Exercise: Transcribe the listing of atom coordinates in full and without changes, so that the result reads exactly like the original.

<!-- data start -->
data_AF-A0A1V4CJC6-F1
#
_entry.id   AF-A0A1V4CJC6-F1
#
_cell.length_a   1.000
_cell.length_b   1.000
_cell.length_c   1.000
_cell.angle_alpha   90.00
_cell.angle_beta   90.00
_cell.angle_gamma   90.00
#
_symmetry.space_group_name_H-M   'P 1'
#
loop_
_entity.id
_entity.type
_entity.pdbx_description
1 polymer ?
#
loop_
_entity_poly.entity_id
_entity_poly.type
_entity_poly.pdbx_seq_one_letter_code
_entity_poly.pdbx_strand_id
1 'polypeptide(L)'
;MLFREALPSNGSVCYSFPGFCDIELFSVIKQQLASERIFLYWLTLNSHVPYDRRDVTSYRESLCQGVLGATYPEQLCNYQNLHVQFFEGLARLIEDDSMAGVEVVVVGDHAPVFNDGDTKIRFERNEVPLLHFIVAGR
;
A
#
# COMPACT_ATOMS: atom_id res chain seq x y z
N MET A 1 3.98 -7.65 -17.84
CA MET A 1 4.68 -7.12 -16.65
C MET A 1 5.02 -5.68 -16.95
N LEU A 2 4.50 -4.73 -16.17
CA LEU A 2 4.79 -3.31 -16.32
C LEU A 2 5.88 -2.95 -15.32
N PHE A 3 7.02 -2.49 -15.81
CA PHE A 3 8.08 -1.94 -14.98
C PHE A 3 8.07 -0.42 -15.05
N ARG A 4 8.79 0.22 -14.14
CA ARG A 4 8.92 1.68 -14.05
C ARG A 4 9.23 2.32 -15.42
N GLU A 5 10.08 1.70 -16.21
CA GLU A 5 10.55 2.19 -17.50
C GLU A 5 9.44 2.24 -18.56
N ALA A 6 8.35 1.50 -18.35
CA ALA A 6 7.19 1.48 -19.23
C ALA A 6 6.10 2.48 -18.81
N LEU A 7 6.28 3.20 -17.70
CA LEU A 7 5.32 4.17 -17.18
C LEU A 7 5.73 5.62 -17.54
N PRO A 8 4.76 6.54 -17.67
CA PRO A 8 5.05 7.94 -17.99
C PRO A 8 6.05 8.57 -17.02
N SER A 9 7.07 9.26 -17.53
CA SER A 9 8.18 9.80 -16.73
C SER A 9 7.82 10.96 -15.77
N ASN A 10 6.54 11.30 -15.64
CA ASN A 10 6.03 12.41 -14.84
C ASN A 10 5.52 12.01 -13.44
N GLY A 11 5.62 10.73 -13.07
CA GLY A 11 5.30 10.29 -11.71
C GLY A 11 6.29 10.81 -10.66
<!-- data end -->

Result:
data_AF-A0A1V4CJC6-F1
#
_entry.id   AF-A0A1V4CJC6-F1
#
_cell.length_a   1.000
_cell.length_b   1.000
_cell.length_c   1.000
_cell.angle_alpha   90.00
_cell.angle_beta   90.00
_cell.angle_gamma   90.00
#
_symmetry.space_group_name_H-M   'P 1'
#
loop_
_entity.id
_entity.type
_entity.pdbx_description
1 polymer ?
#
loop_
_entity_poly.entity_id
_entity_poly.type
_entity_poly.pdbx_seq_one_letter_code
_entity_poly.pdbx_strand_id
1 'polypeptide(L)'
;MLFREALPSNGSVCYSFPGFCDIELFSVIKQQLASERIFLYWLTLNSHVPYDRRDVTSYRESLCQGVLGATYPEQLCNYQNLHVQFFEGLARLIEDDSMAGVEVVVVGDHAPVFNDGDTKIRFERNEVPLLHFIVAGR
;
A
#
# COMPACT_ATOMS: atom_id res chain seq x y z
N MET A 1 3.98 -7.65 -17.84
CA MET A 1 4.68 -7.12 -16.65
C MET A 1 5.02 -5.68 -16.95
N LEU A 2 4.50 -4.73 -16.17
CA LEU A 2 4.79 -3.31 -16.32
C LEU A 2 5.88 -2.95 -15.32
N PHE A 3 7.02 -2.49 -15.81
CA PHE A 3 8.08 -1.94 -14.98
C PHE A 3 8.07 -0.42 -15.05
N ARG A 4 8.79 0.22 -14.14
CA ARG A 4 8.92 1.68 -14.05
C ARG A 4 9.23 2.32 -15.42
N GLU A 5 10.08 1.70 -16.21
CA GLU A 5 10.55 2.19 -17.50
C GLU A 5 9.44 2.24 -18.56
N ALA A 6 8.35 1.50 -18.35
CA ALA A 6 7.19 1.48 -19.23
C ALA A 6 6.10 2.48 -18.81
N LEU A 7 6.28 3.20 -17.70
CA LEU A 7 5.32 4.17 -17.18
C LEU A 7 5.73 5.62 -17.54
N PRO A 8 4.76 6.54 -17.67
CA PRO A 8 5.05 7.94 -17.99
C PRO A 8 6.05 8.57 -17.02
N SER A 9 7.07 9.26 -17.53
CA SER A 9 8.18 9.80 -16.73
C SER A 9 7.82 10.96 -15.77
N ASN A 10 6.54 11.30 -15.64
CA ASN A 10 6.03 12.41 -14.84
C ASN A 10 5.52 12.01 -13.44
N GLY A 11 5.62 10.73 -13.07
CA GLY A 11 5.30 10.29 -11.71
C GLY A 11 6.29 10.81 -10.66